- - Wednesday, July 7, 2021

Austrian economist Ludwig von Mises referred to inflation simply as an increase in money and credit. By this definition, inflation has arrived — at least in the short term — brought on in large part by the unprecedented federal spending masked as a response to COVID-19.

Much of this inflation has been in asset prices – stocks and houses – but it’s now becoming clear that prices of consumer goods and services are on the rise as well. 

As if severe labor shortages and the prospect of skyrocketing taxes weren’t enough, small business owners (who provide the majority of new jobs) are now dealing with the effects of this inflation. Restaurants will be acutely impacted by these trends cutting across our economy, as higher labor and food costs put pressure on already thin margins.

Inflation reduces the value and purchasing power of every dollar, making everything more expensive. In May, America’s annual inflation rate reached 5 percent, its highest level since August 2008. The Federal Reserve insists that the significant increase in inflation is “transitory.” Given the numerous supply chain disruptions that occurred across the world due to COVID-19 restrictions in 2020, this may be true. But considering the current administration’s economic agenda, it’s likely that inflation won’t go away in the short term. 

Fortunately, at this moment, the restaurant industry is healthier than it was in 2020. The American people are coming out of lockdowns and are eager to go out and eat and spend time and money. But that party may not last forever. Home delivery, for example, was enhanced during COVID-19 as people spent more time working at home and had extra stimulus money. Those same home delivery businesses are now possibly faced with a double whammy of more competition as COVID-19 restrictions vanish, and juiced-up unemployment benefits make it harder for them to hire and retain employees. If the customers’ wages can’t keep pace with sharply rising prices, the restaurant industry, including the pizza delivery business, will feel the pain. 

Kraft Heinz CEO Miguel Patricio said his company is “very concerned” about the drastic rise in inflation and looking at the possibility of increasing prices for consumers. You can almost guarantee that every restaurant owner in the country is facing the same difficult choice.

Think about it. If inflation continues to increase, the costs for raw ingredients and supplies will continue to increase right along with it. It’s only a matter of time before restaurants further increase their prices to consumers. The fact that the labor shortage is also forcing many businesses to raise wages to court a dwindling supply of potential employees all but guarantees a callous choice – raise prices at the counter or potentially go out of business.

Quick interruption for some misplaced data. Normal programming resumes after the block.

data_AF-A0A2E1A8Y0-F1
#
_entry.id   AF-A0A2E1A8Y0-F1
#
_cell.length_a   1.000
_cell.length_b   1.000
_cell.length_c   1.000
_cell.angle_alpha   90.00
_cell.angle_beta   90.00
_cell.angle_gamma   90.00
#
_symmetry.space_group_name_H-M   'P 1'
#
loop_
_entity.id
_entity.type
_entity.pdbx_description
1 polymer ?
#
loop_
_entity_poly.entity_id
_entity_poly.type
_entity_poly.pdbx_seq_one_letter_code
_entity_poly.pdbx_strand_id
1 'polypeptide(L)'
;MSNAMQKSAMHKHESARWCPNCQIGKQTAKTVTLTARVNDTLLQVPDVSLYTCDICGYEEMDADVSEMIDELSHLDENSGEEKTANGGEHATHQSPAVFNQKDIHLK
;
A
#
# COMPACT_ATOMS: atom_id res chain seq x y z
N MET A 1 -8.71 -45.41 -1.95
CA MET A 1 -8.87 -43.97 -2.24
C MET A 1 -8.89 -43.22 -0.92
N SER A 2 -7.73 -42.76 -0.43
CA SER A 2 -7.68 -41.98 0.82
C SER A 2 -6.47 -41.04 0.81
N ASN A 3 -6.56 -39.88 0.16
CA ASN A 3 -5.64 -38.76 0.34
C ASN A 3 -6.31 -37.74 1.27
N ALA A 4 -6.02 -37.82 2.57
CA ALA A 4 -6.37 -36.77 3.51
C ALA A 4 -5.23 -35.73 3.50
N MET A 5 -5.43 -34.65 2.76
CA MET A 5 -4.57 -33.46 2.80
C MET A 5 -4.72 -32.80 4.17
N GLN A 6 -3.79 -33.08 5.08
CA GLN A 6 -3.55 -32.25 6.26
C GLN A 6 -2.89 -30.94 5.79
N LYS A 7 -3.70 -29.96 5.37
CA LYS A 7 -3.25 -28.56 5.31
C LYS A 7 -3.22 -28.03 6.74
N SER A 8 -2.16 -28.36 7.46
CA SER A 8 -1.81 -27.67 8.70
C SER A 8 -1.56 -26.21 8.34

But inflation (printing money) doesn’t just raise the cost of food — it devalues the dollar – a hidden tax on everyone as it raises the cost of everything. As families are faced with increasing costs of utility bills, groceries, gas, and household essentials, they will be increasingly less likely to spend on “extras.”

All of this is particularly tough for the pizza delivery business model. Imagine you own a pizzeria. Not only are the costs of your raw ingredients rising, from flour and salt to tomatoes and mozzarella, but gas is more expensive too, as are employees. On top of that, inflation starts to wallop your customers, and those families that ordered at least once a week start ordering every other week. And then just once a month.

Unfortunately, the Biden administration isn’t focused on getting inflation under control — and could make it even worse. The Congressional Budget Office projects trillion-dollar deficits as far as the eye can see (and a $2+ trillion deficit for 2021). Biden also proposed an over $2 trillion infrastructure package and wants to make some COVID-level welfare payments permanently. These deficits will likely be funded by the creation of additional dollars by the Federal Reserve – “money printing” – which will continue to devalue the dollar and possibly create additional inflationary pressures into the foreseeable future. In addition to inflation hitting consumers in the pocketbook, inevitable higher taxes will also take a toll as businesses look for ways to pass those additional taxes to their customers, just as they would any other increased cost.

Rapidly rising costs coupled with a severe decline in customer base isn’t sustainable for any business. If something doesn’t change soon, these dynamics will result in significant headwinds for the great small business owners of America and family restaurants struggling to get back on their feet.

Inflation isn’t an act of God, nor is it a freak accident of nature. It is the result of inadvisable economic policies combined with unchangeable economic realities.

The Federal Reserve could be right — the recent rise in inflation is hopefully “transitory.” But if Washington doesn’t change its current plan to centralize its control over our lives further and pass record-high new taxes onto the American public, the negative impacts will affect small business owners, restaurants, and pizza companies alike. 

As we watch this unprecedented spending and money printing continue, perhaps the best option is to go to the back of the boat, sit back, have a beverage, and enjoy the ride while it lasts! Most small business owners won’t have that luxury, though, which is why Washington should set a new course that better supports their survival.

• Papa John Schnatter is the founder and former Chairman and CEO of Papa John’s International (PZZA).

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